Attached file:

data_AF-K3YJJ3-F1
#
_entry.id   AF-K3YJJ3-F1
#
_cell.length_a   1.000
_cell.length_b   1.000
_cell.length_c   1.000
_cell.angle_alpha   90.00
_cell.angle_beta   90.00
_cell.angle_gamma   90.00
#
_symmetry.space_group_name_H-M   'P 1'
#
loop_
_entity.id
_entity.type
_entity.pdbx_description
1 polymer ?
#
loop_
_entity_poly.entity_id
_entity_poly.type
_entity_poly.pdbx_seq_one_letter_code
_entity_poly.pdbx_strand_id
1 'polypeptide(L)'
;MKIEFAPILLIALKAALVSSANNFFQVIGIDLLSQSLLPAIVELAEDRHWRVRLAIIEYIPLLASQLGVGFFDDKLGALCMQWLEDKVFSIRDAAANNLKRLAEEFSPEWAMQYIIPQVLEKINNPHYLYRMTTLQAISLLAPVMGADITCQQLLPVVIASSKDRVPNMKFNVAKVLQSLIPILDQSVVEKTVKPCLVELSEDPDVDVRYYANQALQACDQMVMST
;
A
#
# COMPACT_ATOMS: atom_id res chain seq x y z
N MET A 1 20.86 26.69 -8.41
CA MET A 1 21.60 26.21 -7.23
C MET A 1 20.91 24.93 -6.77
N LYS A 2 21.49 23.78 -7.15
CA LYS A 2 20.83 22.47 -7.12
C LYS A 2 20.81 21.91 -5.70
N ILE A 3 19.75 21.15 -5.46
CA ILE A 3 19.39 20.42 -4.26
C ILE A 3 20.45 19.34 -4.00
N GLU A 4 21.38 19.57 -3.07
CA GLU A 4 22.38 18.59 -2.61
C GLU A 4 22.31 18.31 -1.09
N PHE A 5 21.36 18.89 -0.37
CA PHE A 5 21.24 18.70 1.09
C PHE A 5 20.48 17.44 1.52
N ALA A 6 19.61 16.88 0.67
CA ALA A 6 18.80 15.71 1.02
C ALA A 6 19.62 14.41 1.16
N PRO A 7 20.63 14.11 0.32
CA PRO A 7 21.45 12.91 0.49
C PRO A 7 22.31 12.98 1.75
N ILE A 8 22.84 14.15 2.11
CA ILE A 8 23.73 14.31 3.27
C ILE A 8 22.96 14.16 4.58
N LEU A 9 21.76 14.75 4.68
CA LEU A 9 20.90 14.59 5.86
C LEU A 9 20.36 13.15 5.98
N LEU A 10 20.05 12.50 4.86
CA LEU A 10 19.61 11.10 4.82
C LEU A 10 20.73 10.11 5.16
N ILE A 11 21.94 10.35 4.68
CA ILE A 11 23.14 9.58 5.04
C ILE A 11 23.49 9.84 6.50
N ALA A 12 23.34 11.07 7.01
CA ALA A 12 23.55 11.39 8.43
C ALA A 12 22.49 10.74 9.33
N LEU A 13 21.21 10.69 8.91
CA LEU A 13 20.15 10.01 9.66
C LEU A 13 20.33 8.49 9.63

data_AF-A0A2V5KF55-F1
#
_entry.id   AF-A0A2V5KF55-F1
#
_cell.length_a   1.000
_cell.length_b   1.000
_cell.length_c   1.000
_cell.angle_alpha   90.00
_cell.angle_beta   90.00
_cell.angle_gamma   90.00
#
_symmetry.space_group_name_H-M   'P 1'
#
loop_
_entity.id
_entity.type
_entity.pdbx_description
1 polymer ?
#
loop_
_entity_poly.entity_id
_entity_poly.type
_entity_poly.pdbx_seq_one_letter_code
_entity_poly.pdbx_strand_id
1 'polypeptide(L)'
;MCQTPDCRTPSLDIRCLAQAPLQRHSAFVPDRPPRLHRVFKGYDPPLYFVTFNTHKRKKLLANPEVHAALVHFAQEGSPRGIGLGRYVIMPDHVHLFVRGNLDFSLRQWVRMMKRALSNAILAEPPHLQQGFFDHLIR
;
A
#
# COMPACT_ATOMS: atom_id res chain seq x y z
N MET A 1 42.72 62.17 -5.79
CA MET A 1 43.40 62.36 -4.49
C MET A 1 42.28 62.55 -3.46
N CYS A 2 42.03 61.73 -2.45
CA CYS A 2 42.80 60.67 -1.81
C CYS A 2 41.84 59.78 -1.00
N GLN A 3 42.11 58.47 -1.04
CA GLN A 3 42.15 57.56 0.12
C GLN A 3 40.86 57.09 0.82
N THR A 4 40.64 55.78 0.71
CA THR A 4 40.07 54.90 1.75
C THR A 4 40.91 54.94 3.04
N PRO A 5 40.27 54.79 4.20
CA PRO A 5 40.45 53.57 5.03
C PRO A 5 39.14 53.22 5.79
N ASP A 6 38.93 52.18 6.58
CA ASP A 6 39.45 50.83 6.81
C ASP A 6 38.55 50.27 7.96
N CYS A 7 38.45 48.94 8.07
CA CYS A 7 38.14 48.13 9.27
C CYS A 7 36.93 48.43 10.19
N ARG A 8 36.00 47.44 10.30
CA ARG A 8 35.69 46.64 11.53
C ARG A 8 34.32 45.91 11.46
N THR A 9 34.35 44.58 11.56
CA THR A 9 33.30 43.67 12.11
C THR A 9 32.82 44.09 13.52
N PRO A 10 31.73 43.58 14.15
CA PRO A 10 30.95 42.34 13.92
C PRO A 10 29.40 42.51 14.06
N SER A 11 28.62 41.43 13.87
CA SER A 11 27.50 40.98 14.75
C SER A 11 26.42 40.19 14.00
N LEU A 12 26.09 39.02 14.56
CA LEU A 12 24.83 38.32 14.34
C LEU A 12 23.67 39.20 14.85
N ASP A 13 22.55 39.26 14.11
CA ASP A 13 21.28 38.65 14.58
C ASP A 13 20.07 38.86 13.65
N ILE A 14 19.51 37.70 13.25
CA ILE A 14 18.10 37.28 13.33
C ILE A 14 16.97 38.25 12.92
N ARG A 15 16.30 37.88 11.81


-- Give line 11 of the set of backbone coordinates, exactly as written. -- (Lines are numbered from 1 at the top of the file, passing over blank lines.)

#